5 Things Your Child Should Know Before Beginning Piano Lessons

April 12, 2017

 In the book "Kindergarten is Too Late," Maseru Ibuka implies that from birth to age 3 is the best time to mold your child's intelligence.  As a music teacher, I would have to agree that those years are definitely the best time to begin molding a child's "musical intelligence" as well.  While many parents wait until their child is much older, to pursue music I always encourage parents to begin piano lessons no later than first grade, and here's why:

 

As a former Kindermusik instructor, I have seen children as young as 9 months begin their musical journey.  Although a 9 month old cannot physically play the piano, there are other things they can do to tap into their musical intelligence.  In my own private studio, I work with children as young as age 3.  Does this mean that all children are ready for paino at age 3?  Of course not!  

 

Before accepting any student in my studio between the ages of 3 and 7 years old they must pass a cognitive skills test.  All of my students must successfully complete a skills test, but because this age is so critical, there are certain skills that the student must have before moving forward.

 

My cognitive skills test may actually be considered as easy, but in fact it is anything but easy for some.  Each piano teacher accepts students based on different things.  I have learned years of teaching that a child will only learn certain things when he or she is ready.  Here are "5 Things Your Child Should know Before Beginning Piano Lessons" !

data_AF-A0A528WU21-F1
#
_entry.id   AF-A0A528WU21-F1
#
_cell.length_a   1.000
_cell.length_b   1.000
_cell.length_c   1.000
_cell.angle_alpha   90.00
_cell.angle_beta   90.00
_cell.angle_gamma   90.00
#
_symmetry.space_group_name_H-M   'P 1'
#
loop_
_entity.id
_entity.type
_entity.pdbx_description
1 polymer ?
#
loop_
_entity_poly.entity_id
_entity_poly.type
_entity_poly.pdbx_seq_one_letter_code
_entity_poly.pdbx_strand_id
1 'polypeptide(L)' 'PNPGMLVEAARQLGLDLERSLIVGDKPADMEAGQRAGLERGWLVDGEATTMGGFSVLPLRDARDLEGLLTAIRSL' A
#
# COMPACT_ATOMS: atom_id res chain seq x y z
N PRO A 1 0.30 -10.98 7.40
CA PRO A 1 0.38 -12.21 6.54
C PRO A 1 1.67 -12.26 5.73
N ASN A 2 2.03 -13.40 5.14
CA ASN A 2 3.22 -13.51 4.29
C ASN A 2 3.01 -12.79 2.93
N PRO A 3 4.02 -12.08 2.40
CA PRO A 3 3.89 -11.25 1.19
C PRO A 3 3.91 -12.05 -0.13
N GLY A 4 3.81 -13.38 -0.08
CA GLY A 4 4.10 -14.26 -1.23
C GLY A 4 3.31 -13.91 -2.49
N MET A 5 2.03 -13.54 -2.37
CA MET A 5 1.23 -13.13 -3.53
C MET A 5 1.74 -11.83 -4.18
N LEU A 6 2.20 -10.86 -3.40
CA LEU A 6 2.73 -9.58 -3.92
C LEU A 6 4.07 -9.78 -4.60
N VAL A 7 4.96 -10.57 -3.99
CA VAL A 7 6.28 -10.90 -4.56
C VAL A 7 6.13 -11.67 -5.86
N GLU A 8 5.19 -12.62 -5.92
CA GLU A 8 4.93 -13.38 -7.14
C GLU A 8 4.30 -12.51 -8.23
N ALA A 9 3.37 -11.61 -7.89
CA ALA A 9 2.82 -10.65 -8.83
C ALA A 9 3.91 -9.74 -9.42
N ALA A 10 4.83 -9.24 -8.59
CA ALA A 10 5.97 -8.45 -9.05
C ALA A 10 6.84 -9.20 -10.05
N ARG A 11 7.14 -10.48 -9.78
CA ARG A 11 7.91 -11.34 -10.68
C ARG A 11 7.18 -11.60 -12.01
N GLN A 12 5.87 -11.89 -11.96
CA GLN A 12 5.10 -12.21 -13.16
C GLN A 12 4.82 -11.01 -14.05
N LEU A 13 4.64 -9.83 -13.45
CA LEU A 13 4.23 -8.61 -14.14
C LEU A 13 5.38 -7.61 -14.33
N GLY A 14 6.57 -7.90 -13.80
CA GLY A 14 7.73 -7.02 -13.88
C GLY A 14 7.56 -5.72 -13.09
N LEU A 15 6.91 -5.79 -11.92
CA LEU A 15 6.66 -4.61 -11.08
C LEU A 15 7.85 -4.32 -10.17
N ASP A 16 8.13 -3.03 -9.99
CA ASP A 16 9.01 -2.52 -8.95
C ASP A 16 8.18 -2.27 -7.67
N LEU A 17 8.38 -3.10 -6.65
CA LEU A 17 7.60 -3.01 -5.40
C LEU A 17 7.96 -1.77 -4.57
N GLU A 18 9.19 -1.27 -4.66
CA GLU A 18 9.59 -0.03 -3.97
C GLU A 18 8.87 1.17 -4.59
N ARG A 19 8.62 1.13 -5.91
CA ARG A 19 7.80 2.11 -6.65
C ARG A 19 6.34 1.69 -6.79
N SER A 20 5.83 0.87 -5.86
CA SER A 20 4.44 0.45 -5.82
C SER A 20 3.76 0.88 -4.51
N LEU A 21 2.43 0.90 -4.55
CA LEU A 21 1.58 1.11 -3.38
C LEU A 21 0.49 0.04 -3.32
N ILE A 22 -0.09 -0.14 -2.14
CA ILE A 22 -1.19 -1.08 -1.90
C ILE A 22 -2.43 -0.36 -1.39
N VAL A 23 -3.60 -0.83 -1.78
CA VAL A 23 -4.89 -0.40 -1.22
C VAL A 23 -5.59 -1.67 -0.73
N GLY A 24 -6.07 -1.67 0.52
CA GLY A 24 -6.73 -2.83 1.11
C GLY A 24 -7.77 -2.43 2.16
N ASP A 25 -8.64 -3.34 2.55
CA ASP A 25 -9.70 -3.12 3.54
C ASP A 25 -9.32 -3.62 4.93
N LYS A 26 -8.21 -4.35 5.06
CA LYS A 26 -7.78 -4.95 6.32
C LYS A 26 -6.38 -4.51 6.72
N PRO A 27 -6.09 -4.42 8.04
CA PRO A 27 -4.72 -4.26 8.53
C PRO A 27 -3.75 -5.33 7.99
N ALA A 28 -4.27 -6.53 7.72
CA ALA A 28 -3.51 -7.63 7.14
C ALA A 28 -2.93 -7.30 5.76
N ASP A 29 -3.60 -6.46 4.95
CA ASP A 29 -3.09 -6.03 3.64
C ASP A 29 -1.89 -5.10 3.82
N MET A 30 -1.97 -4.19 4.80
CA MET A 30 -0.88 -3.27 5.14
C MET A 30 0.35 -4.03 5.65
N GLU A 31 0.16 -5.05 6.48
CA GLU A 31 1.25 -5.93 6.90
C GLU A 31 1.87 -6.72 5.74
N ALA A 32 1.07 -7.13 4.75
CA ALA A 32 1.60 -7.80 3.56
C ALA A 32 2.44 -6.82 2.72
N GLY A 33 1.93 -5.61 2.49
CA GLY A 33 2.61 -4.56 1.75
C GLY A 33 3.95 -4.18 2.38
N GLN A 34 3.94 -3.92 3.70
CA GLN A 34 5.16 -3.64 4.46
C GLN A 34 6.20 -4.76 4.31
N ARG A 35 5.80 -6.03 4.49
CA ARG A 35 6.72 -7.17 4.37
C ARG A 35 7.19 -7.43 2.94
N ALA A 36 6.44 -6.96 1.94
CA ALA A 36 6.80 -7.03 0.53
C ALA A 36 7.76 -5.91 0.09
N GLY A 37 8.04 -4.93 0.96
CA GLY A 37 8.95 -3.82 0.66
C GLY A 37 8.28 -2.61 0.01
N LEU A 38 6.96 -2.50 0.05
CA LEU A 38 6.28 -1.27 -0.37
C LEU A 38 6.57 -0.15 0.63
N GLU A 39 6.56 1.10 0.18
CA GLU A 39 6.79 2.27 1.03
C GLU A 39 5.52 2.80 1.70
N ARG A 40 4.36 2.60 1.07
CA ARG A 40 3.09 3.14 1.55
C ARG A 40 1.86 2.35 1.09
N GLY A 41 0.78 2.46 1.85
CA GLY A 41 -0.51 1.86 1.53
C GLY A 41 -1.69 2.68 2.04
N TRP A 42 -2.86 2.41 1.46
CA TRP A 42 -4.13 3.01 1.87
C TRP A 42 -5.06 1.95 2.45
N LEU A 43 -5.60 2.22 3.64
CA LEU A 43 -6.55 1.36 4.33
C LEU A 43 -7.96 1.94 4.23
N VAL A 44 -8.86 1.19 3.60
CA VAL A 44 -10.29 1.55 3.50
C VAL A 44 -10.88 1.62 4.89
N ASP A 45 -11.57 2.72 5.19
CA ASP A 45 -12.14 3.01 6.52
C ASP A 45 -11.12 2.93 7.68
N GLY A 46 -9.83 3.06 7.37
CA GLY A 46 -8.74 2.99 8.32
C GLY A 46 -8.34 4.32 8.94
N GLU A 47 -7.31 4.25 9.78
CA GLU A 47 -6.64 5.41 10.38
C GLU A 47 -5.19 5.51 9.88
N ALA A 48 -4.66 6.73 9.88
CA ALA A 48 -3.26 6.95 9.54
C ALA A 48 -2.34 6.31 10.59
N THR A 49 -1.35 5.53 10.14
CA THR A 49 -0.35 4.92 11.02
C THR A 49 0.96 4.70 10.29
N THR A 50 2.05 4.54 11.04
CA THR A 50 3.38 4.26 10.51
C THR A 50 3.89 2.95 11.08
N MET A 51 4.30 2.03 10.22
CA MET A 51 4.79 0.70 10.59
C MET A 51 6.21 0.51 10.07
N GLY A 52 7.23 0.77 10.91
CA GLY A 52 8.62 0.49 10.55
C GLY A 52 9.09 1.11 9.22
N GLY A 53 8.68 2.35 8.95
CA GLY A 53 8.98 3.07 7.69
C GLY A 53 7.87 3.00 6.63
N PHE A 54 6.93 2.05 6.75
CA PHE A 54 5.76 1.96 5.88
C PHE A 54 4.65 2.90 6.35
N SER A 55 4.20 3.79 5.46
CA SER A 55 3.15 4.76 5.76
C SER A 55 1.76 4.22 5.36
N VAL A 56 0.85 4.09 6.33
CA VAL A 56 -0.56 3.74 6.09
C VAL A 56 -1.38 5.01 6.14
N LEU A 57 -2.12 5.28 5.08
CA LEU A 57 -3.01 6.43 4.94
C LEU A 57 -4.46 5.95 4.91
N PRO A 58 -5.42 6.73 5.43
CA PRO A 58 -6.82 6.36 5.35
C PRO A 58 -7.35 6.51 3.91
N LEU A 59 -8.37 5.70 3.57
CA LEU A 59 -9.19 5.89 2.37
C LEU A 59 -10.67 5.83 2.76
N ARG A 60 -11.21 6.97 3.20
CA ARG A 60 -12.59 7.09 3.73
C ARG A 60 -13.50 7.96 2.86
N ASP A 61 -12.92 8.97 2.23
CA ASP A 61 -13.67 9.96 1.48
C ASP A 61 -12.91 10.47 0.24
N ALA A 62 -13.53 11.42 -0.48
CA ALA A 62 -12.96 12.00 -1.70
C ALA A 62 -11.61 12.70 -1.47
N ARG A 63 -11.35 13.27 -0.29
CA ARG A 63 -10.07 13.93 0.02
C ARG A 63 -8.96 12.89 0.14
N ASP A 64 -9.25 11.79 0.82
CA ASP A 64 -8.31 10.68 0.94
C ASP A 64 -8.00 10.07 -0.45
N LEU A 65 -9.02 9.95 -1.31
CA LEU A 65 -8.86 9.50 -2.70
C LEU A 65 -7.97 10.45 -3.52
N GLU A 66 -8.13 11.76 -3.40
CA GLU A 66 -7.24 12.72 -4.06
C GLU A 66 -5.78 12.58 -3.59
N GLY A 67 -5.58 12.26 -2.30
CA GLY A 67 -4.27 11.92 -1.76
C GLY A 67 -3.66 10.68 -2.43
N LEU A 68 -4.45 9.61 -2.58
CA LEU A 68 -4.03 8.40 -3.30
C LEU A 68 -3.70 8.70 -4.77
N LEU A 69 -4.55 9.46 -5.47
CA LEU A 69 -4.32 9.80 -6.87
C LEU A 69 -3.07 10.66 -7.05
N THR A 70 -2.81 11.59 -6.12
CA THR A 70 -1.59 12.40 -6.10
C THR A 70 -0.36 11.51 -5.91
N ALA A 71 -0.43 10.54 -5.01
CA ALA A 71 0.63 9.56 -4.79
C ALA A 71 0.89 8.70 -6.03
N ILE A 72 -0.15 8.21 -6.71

5.  How to Count

The child should be able to count from numbers 1-10 on their own.  One of the first questions I always ask a child is their age.  This will give me basic knowledge of their ability to memorize and count. 

 

4.  Number Recognition

In addition to counting, the child should be able to recognize numbers 1-10.  This means, if a 6 is placed in front of a child, they will know it is a 6 and not a 9.

 

3.  Letter Recognition

A child does not have to know how to read before beginning piano lessons; however, they should be able to recognize letters A-Z in the alphabet.  This will not only help with reading sight words, but it will make the music lessons much easier when completing guided activities.

 

2.  Right and Left Hand

Right and Left Hand are very important when learning piano because we play the piano with our hands.  While I do not emphasize this as much with preschool age children, it is a skill that I expect to be mastered before or in early kindergarten.  Because I place much emphasis on mastering right and left hand recognition, most children that play the piano master this skill very quickly, if they have not already mastered it before they come to me.

 

1.  The Purpose of Piano Lessons

Lastly, the child needs to understand why they are attending piano lessons.  They should know that they are not having a play date, but they are there to learn how to play an instrument.  Familiarize the child with pictures of a piano, or watch videos of famous pianists so the child can see what they are capable of.  The parent should explain to the child that piano lessons are fun and they will help the child learn many great things.  Feel free to share with the child the many great benefits from playing the piano.

 

Phylicia Hollis is a professionally trained musician, singer, and educator.  She is a highly sought after vocal coach that has worked in various capacities of the music and entertainment industry. 

 

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